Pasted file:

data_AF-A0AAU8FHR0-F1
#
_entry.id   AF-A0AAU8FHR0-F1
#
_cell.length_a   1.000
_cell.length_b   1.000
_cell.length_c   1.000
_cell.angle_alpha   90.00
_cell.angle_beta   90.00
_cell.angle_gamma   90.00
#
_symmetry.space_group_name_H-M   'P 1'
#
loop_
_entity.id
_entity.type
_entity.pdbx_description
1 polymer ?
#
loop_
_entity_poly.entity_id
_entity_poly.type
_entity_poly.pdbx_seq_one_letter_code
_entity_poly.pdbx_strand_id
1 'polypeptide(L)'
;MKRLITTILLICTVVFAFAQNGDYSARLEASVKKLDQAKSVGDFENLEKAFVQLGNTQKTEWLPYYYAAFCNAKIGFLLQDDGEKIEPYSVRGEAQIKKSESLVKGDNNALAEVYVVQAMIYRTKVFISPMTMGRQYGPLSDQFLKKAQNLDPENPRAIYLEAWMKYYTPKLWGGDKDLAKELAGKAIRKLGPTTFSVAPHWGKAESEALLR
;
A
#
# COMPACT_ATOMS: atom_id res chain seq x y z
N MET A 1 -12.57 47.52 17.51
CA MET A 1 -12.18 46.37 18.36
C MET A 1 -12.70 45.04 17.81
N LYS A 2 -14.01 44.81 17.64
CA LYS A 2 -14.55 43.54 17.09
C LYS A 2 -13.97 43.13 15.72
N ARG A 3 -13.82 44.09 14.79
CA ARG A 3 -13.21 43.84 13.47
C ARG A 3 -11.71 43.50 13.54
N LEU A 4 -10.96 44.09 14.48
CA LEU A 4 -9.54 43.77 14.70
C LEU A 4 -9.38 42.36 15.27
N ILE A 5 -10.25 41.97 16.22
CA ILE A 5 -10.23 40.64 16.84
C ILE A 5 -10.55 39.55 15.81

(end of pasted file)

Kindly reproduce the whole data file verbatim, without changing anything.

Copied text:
data_AF-A0AAU8FHR0-F1
#
_entry.id   AF-A0AAU8FHR0-F1
#
_cell.length_a   1.000
_cell.length_b   1.000
_cell.length_c   1.000
_cell.angle_alpha   90.00
_cell.angle_beta   90.00
_cell.angle_gamma   90.00
#
_symmetry.space_group_name_H-M   'P 1'
#
loop_
_entity.id
_entity.type
_entity.pdbx_description
1 polymer ?
#
loop_
_entity_poly.entity_id
_entity_poly.type
_entity_poly.pdbx_seq_one_letter_code
_entity_poly.pdbx_strand_id
1 'polypeptide(L)'
;MKRLITTILLICTVVFAFAQNGDYSARLEASVKKLDQAKSVGDFENLEKAFVQLGNTQKTEWLPYYYAAFCNAKIGFLLQDDGEKIEPYSVRGEAQIKKSESLVKGDNNALAEVYVVQAMIYRTKVFISPMTMGRQYGPLSDQFLKKAQNLDPENPRAIYLEAWMKYYTPKLWGGDKDLAKELAGKAIRKLGPTTFSVAPHWGKAESEALLR
;
A
#
# COMPACT_ATOMS: atom_id res chain seq x y z
N MET A 1 -12.57 47.52 17.51
CA MET A 1 -12.18 46.37 18.36
C MET A 1 -12.70 45.04 17.81
N LYS A 2 -14.01 44.81 17.64
CA LYS A 2 -14.55 43.54 17.09
C LYS A 2 -13.97 43.13 15.72
N ARG A 3 -13.82 44.09 14.79
CA ARG A 3 -13.21 43.84 13.47
C ARG A 3 -11.71 43.50 13.54
N LEU A 4 -10.96 44.09 14.48
CA LEU A 4 -9.54 43.77 14.70
C LEU A 4 -9.38 42.36 15.27
N ILE A 5 -10.25 41.97 16.22
CA ILE A 5 -10.23 40.64 16.84
C ILE A 5 -10.55 39.55 15.81